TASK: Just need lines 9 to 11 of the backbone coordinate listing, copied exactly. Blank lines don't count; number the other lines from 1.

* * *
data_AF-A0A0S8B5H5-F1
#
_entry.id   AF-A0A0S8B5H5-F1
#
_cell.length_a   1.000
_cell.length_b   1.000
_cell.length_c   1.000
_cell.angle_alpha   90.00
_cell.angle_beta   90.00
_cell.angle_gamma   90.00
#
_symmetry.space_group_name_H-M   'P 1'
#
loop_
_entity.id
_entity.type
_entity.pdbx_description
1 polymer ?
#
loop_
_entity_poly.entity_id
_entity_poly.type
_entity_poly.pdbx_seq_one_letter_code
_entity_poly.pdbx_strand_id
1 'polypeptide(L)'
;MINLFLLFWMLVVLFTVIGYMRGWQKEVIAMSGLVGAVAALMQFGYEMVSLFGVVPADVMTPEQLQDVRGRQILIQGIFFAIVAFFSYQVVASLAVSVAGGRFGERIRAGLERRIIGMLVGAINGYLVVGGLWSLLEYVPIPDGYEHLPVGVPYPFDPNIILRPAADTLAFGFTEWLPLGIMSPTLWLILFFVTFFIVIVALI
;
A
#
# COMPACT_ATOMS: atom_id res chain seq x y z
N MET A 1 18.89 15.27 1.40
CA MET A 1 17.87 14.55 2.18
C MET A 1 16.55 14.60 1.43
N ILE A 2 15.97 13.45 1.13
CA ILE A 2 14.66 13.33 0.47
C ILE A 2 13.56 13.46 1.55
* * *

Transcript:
_cell.angle_beta   90.00
_cell.angle_gamma   90.00
#